Women who were eating a healthy diet before they were diagnosed with ovarian cancer were less likely to die from any cause including the disease than women with poorer diets, a new study shows.
A healthy diet did not protect women with diabetes or those with a thicker waist, however. Obesity, a key risk factor for diabetes, also elevates the risk of ovarian cancer significantly, previous studies have shown.
Researchers at the University of Arizona in Tucson said that eating a healthier diet before a cancer diagnosis may not only lead to a healthier weight. But may also build a stronger immune system, allowing patients to better withstand cancer treatments.
Too, eating a healthy diet before diagnosis may make following a healthier diet after diagnosis easier, leading to better overall health despite the cancer and treatment protocol, added lead author Cynthia A. Thomson.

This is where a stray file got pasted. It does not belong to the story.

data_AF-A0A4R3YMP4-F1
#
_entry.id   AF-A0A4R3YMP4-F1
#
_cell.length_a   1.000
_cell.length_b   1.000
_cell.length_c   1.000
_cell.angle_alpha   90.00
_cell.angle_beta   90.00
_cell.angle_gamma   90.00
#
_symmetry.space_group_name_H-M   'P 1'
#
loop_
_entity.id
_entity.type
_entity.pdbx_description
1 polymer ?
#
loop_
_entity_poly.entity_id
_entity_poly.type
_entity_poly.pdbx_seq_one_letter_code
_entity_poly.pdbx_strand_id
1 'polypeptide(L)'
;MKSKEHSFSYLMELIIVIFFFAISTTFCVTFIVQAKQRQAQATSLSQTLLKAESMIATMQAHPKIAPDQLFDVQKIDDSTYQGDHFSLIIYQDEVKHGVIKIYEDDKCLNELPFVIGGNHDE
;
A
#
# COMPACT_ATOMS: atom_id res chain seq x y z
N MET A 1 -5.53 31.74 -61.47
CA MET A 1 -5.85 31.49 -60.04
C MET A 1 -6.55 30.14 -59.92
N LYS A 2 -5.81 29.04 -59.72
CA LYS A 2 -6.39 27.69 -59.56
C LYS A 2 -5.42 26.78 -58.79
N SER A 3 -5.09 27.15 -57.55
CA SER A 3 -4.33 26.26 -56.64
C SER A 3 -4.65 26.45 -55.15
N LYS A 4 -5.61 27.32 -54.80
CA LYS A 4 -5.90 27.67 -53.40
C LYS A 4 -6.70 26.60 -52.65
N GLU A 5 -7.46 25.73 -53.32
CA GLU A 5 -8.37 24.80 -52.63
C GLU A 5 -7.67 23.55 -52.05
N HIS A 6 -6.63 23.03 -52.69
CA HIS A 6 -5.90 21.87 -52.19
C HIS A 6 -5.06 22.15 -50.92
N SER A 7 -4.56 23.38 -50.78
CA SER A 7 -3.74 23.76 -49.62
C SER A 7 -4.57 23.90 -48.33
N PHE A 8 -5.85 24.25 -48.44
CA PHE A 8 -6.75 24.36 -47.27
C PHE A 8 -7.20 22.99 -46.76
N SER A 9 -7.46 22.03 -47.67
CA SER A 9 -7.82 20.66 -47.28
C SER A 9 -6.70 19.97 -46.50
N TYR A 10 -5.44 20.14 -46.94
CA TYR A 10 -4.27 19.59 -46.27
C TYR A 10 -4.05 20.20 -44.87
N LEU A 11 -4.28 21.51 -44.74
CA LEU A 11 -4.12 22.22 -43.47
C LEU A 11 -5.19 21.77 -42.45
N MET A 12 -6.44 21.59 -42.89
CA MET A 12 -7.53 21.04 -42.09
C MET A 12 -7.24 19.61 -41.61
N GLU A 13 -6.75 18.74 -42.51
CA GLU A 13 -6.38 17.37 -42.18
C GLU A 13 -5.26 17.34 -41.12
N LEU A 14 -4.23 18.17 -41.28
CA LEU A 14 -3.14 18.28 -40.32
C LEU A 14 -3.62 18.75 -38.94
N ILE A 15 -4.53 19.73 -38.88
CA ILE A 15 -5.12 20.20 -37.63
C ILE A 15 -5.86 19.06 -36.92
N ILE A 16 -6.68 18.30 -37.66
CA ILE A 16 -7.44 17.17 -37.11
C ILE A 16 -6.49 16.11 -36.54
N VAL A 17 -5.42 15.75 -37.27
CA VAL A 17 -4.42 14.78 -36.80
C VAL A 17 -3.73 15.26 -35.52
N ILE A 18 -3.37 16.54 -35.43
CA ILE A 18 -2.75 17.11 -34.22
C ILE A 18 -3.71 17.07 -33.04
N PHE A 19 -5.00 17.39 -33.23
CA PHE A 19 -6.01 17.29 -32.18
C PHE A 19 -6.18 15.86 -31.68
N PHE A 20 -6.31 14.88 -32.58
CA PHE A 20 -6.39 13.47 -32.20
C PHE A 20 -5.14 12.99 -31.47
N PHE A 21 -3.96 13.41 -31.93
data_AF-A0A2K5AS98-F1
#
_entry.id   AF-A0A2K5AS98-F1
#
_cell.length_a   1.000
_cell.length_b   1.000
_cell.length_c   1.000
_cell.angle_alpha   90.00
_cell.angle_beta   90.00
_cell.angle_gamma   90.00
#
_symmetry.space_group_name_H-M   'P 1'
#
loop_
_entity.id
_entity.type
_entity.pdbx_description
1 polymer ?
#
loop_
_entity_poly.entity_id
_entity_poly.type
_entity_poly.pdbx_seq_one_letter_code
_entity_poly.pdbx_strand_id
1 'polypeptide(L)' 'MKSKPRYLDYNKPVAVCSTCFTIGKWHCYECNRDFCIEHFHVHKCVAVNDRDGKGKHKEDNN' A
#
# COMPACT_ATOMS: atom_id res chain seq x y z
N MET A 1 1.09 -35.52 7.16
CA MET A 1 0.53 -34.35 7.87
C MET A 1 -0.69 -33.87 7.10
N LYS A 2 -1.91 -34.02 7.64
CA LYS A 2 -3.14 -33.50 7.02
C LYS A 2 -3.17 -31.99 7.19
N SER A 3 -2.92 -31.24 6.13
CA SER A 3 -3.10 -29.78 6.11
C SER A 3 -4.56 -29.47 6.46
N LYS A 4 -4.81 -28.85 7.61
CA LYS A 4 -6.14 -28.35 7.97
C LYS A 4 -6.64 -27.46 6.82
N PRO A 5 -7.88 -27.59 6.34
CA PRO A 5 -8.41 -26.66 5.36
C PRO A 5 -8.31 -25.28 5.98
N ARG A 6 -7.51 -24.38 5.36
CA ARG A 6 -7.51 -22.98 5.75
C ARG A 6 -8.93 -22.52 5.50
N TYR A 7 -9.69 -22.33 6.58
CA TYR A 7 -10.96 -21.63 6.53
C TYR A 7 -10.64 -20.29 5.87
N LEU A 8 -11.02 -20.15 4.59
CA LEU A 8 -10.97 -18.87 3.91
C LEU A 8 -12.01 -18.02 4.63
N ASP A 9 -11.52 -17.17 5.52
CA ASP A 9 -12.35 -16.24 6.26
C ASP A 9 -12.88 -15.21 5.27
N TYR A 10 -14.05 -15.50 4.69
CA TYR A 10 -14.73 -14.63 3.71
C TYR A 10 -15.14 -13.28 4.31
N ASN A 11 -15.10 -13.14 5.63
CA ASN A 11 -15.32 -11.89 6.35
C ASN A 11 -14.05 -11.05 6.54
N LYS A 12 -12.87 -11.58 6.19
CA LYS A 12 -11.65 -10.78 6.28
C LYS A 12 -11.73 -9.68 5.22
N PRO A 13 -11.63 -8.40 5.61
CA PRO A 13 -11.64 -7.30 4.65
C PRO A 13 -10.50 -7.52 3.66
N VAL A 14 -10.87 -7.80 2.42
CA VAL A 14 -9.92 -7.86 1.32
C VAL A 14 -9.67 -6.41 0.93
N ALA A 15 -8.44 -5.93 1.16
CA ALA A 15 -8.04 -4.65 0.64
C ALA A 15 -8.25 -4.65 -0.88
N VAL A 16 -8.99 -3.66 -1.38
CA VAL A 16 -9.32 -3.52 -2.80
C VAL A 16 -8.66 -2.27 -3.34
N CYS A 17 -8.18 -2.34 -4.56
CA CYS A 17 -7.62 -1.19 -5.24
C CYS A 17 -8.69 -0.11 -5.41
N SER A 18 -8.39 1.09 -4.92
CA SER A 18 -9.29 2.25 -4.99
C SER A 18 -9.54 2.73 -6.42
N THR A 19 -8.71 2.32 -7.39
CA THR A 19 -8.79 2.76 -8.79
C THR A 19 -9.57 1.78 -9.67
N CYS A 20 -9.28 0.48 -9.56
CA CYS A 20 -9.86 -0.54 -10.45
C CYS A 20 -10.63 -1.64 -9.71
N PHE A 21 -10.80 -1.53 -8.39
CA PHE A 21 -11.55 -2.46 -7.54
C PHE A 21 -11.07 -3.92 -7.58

To get their results, researchers looked at 636 cases of ovarian cancer between 1993 and 1998 that occurred in women who had previously filled out dietary and physical activity questionnaires as part of the larger Women’s Health Initiative study.
They then divided the women into three groups based on their diets, and found that the women who ate more fruits and vegetables – especially a variety of the two food group – as well as more whole grains and fiber were 27 percent less likely to die of any cause than those whose diets were most lacking in key nutrients.
Diet didn’t benefit women with a history of diabetes or those with a waist circumference greater than 34 inches, researchers said, noting that previous research has already shown that women with diabetes have a higher risk of death than women without diabetes if diagnosed with ovarian cancer.
The study appeared in the Journal of the National Cancer Institute.